Rental and resale companies are betting more people will use their services as inflation rises.
Rental and resale offerings have been growing in popularity with retailers since before the pandemic. In recent years, Patagonia and outdoor clothing brand Arc’teryx have launched and grown their trade-in businesses. This month, denim brand Wrangler and mall retailer PacSun both launched their own lines of secondhand apparel. Target, meanwhile, is revisiting the resale format with a new pilot program with resale vendor ThredUp.
Prices have skyrocketed over the past year, with inflation jumping inflation 7.9% in February — the fastest rate in 40 years. With more Americans concerned about inflation, resale and rental providers are hoping to attract even more customers with discounted, pre-used merchandise. Rental platforms like Rent the Runway are hoping customers will want to pay flat fees to borrow pieces for in-person occasions, rather than buying new items outright. Meanwhile, other brick-and-mortar retailers like Lululemon are launching or expanding resale programs as they pull back on seasonal discounting.
In its fiscal fourth-quarter earnings, Rent the Runway reported a 91% increase in revenue — bringing in $64.1 million, from $33.5 million a year earlier. The company also hit 115,240 active subscribers this quarter, up 110% from the previous year. Rent the Runway CEO Jennifer Hyman cited inflation as an advantage for the rental service’s post-pandemic recovery, as customers look for ways to affordably dress up. “We’re entering into one of the strongest environments for rental we’ve ever seen,” Hyman told CNBC. “The inflationary environment is basically a competitive advantage for Rent the Runway.”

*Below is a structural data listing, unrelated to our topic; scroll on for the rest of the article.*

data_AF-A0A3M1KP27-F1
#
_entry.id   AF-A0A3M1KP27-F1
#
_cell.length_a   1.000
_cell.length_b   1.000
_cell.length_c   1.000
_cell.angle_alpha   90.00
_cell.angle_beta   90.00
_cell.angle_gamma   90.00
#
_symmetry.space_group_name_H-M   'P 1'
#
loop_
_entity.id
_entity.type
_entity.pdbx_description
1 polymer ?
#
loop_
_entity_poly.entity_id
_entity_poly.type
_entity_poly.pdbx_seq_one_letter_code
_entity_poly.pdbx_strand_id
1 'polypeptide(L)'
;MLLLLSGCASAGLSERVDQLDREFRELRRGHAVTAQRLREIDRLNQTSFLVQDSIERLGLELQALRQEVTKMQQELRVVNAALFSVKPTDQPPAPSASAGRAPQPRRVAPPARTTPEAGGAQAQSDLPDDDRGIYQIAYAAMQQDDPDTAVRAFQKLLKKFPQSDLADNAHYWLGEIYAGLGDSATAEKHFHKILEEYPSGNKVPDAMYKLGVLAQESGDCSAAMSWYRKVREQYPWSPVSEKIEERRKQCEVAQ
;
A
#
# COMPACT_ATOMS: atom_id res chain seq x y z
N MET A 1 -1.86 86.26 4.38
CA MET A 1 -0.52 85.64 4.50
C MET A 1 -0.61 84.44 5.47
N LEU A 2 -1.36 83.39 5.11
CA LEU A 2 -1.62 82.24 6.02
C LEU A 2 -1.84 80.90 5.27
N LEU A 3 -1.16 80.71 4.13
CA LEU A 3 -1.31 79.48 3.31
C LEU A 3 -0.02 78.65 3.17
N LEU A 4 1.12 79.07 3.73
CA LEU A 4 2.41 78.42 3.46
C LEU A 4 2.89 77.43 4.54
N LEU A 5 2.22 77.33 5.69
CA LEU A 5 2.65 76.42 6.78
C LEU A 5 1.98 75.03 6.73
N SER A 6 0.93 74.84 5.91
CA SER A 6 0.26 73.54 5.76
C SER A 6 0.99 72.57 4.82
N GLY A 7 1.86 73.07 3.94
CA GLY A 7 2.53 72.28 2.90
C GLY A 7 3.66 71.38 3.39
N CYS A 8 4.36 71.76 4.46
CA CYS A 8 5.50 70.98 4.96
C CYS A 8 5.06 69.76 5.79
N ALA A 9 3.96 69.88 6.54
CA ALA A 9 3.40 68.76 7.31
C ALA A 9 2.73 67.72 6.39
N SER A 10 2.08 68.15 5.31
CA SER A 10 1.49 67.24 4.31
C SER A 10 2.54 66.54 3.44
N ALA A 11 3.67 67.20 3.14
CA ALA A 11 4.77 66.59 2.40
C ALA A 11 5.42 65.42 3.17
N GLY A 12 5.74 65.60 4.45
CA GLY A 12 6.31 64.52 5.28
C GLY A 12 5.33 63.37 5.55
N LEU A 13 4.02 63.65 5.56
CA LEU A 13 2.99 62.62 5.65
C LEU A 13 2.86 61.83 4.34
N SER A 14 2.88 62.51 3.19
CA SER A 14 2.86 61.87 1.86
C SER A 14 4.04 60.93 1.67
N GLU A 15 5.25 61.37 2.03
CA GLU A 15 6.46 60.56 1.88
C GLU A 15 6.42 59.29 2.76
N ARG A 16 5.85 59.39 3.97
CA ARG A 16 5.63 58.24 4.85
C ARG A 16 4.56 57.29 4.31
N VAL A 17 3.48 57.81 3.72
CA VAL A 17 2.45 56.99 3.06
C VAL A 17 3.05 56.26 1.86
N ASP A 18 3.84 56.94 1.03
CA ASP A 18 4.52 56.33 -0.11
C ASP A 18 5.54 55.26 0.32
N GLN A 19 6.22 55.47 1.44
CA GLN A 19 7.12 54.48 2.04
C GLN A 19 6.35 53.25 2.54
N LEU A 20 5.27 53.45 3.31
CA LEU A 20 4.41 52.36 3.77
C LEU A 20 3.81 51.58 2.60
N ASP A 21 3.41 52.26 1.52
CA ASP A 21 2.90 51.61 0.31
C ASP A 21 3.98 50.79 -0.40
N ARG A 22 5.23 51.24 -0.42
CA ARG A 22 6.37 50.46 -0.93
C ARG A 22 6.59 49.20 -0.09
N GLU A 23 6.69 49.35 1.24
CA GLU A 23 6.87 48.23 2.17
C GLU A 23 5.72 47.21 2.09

Still, Rent the Runway isn’t immune from inflation itself. The company also raised its subscription prices earlier this month — from $135 to $144 per month. But, the company is trying to give customers multiple ways to use the service if they don’t want to commit to a monthly subscription. Last year, for example, the company launched a resale business that allows customers to purchase previously-rented clothing and accessories.
Rental upstarts say they are also seeing renewed interest amid inflation concerns. Wardrobe, a peer-to-peer rental app that launched in 2019 — is positioning itself as a better solution for the return of events and weddings this year. This month, the company launched a new program called Swap in time for Earth Day. Modeled after clothing swap parties, Wardrobe users can share their listings on the app to lend out. Once they list five items, they’re notified of certain store credit they can use to borrow from other users.
In an email to Modern Retail, Wardrobe founder and CEO Adarsh Alphons wrote that the platform “offers an attractive option for fashion-conscious consumers seeking to beat rising inflation.” He also pointed to renting being “more inflation resistant as the transactions involve goods that have already been purchased.”
Consumer-facing resale platforms are also positioning themselves as an affordable, sustainable option for fashion-conscious consumers.
James Reinhart, co-founder and CEO of ThredUp, said in a statement that “in a world where retailers have been forced to raise prices due to inflation or supply-chain pressures, consumers can always find a vast and ever-fresh selection of secondhand items on ThredUp — 100% of which are already in stock and ready to ship.” Reinhart added that the company is in “a position where we can continue providing great brands at great prices during a time when many are feeling price pressure in other parts of their lives.” In March, ThredUp reported a 35% jump in year-over-year sales for its fiscal fourth quarter.